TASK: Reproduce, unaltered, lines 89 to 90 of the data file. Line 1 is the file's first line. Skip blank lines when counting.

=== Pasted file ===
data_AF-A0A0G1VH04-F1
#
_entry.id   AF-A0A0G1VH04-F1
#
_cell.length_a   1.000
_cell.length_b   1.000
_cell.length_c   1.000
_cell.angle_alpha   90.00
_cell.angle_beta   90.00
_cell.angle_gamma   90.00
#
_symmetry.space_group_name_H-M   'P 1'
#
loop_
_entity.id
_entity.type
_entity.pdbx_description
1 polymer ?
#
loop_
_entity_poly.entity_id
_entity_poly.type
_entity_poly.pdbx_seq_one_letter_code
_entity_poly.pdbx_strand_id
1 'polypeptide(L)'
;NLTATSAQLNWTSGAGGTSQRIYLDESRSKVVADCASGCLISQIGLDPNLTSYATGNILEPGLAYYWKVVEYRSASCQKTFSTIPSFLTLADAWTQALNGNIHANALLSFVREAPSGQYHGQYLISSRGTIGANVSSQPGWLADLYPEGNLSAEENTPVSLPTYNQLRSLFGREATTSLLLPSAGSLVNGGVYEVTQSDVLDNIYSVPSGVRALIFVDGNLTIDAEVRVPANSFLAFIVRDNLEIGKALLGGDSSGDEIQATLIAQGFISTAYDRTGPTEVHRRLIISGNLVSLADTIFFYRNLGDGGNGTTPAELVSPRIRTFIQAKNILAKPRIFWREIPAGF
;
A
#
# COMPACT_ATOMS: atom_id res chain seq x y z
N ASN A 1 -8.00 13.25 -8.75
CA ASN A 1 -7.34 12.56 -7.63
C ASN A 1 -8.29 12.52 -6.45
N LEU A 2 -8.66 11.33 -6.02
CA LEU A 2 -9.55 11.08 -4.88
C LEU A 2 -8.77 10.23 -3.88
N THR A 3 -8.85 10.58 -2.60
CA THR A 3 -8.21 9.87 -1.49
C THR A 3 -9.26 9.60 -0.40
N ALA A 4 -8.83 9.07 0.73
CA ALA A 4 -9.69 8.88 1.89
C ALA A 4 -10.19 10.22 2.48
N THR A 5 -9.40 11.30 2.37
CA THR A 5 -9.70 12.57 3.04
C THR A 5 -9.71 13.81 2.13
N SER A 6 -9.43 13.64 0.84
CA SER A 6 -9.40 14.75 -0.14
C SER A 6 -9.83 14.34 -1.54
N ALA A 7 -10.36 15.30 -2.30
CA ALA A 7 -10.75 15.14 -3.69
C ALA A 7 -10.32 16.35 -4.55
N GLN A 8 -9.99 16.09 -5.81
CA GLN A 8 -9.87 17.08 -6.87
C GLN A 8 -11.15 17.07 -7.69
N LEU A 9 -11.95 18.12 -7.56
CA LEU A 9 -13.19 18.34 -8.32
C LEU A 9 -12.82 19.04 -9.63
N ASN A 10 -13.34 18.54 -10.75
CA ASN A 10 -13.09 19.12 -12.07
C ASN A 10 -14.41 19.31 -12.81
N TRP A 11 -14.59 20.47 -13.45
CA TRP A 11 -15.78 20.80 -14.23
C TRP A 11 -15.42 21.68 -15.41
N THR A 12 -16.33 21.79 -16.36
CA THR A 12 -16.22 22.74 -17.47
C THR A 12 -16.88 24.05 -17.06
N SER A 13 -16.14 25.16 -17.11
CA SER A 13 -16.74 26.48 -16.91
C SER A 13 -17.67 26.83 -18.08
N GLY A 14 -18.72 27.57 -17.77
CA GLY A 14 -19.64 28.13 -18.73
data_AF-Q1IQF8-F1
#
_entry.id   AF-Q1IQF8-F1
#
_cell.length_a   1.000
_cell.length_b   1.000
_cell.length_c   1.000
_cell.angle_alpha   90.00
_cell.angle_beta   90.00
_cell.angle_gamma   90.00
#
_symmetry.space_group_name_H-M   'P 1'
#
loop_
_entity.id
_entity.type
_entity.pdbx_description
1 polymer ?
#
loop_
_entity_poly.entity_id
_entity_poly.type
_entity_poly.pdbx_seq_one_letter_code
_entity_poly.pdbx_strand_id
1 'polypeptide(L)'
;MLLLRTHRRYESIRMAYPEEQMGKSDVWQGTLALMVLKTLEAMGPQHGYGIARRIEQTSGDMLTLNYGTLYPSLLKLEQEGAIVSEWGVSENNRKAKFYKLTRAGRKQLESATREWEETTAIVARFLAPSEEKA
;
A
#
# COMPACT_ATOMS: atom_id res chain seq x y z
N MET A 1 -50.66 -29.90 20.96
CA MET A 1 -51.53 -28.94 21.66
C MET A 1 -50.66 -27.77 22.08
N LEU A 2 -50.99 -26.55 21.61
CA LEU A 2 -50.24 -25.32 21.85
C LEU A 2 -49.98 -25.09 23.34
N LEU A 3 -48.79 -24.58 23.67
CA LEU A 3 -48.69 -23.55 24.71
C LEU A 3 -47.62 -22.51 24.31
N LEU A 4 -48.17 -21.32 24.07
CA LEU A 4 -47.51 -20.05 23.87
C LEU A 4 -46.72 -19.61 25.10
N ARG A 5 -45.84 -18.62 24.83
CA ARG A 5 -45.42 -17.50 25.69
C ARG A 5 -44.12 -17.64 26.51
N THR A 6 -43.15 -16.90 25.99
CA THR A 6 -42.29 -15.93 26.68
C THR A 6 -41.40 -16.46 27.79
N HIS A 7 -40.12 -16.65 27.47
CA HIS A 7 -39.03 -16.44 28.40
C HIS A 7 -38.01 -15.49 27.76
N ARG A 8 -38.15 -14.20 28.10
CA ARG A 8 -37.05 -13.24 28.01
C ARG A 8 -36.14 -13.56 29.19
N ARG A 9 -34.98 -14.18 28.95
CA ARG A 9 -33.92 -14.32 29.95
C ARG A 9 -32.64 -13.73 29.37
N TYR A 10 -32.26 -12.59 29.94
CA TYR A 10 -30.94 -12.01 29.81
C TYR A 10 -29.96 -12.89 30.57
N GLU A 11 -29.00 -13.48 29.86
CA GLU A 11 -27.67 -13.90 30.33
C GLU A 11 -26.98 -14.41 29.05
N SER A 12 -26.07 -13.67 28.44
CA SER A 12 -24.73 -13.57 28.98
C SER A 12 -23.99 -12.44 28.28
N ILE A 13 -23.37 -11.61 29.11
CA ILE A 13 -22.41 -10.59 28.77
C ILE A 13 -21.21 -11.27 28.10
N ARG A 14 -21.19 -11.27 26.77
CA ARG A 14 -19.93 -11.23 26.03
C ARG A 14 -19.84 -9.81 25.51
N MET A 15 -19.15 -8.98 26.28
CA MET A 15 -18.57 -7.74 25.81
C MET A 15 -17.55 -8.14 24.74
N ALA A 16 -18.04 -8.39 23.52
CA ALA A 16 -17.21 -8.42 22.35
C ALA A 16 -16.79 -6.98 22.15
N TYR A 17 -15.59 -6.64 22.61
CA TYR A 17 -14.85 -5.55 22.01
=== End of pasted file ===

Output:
1 polymer ?
#